Phatshwane went on to express shock at Manyuni’s flagrant disregard for the rules of the game, “they were in a formation if you recall well and the guiding principle in that set-up is that if you have any problem, you immediately report to the formation team leader and signal a break-away from the formation.
Manyuni disregarded all these basic rules, not even to report to anybody-team members or even the barracks,” revealed Phatshwane when engaged on the much-publicised 2018 incident that took the life of a Rakops-born Pilot of BDF Class 27 of 2003/2004.
Phatshwane quickly dismisses the suggestion that perhaps the Fighter Jet could have been faulty, “the reasons why I am saying I was disappointed is that the aircraft was also in good condition and well-functioning. It was in our best interest to know what could have caused the accident and we launched a wholesale post-accident investigation which revealed that everything in the structure was working perfectly well,” he stated.
Phatshwane continued: “we thoroughly assessed the condition of the engine of the aircraft as well as the safety measures-especially the ejection seat which is the Pilot’s best safety companion under any life-threatening situation. All were perfectly functional.”
In aircrafts, an ejection seat or ejector seat is a system designed to rescue the pilot or other crew of an aircraft in an emergency. The seat is propelled out of the aircraft by an explosive charge or rocket motor, carrying the pilot with it.”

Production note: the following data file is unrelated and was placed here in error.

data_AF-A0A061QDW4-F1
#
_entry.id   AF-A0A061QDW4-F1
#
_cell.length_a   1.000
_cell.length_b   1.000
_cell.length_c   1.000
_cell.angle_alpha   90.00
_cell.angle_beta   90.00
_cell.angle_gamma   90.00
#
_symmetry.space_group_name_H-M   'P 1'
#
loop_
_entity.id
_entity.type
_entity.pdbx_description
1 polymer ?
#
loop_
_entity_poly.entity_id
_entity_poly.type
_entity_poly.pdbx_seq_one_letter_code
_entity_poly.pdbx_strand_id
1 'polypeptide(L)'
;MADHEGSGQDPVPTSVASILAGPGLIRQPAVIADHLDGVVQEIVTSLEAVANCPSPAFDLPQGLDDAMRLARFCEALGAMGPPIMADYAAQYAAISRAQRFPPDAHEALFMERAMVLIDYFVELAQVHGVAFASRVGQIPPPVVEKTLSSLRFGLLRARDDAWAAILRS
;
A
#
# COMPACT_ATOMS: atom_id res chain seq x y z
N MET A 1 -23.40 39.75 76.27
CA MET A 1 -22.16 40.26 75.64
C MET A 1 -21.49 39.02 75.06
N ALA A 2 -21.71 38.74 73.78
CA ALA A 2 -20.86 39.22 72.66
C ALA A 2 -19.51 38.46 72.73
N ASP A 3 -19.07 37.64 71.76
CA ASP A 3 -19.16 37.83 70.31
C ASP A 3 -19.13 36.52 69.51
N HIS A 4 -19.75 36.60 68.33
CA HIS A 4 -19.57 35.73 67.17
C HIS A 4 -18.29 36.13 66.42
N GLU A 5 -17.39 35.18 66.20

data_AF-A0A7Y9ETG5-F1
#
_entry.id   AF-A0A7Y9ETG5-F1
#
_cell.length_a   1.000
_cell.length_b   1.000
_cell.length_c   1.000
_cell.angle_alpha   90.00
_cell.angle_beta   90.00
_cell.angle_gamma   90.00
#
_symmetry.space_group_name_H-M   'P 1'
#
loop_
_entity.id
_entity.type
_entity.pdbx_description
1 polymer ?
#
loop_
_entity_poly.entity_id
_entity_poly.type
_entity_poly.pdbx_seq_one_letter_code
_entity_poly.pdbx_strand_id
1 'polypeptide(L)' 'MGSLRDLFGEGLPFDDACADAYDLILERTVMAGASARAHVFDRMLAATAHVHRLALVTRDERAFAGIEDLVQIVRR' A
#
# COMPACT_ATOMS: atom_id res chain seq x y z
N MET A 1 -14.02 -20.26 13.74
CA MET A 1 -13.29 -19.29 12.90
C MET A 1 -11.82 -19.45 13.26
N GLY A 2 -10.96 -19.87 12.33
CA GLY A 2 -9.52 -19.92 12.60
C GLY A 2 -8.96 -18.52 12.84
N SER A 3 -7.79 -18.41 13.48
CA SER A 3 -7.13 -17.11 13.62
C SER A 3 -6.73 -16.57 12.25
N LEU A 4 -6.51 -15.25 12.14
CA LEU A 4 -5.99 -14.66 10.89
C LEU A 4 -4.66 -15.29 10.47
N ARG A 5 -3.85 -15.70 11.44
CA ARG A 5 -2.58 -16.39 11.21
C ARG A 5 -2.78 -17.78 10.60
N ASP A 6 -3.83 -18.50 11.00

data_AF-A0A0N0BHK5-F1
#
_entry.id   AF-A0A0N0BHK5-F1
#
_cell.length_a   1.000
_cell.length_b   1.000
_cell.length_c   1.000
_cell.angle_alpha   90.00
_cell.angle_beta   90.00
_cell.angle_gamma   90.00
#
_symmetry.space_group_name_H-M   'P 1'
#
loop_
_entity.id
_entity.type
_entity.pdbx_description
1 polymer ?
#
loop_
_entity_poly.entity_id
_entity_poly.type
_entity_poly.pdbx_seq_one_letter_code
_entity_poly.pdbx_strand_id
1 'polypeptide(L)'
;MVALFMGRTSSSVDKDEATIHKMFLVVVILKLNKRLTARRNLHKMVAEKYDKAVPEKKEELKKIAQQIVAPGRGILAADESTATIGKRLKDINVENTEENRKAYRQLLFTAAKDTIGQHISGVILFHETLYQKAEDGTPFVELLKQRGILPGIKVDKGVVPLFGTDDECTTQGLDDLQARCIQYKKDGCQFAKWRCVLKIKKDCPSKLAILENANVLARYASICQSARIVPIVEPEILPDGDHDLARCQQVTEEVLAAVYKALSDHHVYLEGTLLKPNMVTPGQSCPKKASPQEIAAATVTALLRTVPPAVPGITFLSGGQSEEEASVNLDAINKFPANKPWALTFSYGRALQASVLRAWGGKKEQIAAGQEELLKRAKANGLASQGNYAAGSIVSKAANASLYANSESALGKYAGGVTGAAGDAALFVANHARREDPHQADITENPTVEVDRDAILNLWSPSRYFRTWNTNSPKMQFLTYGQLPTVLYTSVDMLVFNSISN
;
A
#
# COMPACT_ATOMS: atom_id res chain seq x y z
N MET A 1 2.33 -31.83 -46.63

Manyuni knew about all these safety measures and had checked their functionality prior to using the Aircraft as is routine practice, according to Phatshwane. Could Manyuni have been going through emotional distress of some sort? Phatshwane says while he may never really know about that, what he can say is that there are laid out procedures in aviation guiding instances of emotional instability which Manyuni also knew about.
“We don’t allow or condone emotionally or physically unfit Pilots to take charge of an aircraft. If a Pilot feels unfit, he reports and requests to be excused. We will subsequently shift the task to another Pilot. We do this because we know the risks of leaving an unfit pilot to fly an aircraft,” says Phatshwane.
Despite having happened a day before the BDF day, Phatshwane says the BDF day mishap did not really affect the BDF day preparations, although it emotionally distracted Manyuni’s flying formation squad a bit, having seen him break away from the formation to the stone-hearted ground. The team soldiered on and immediately reported back to base for advice and way forward, according to Phatshwane.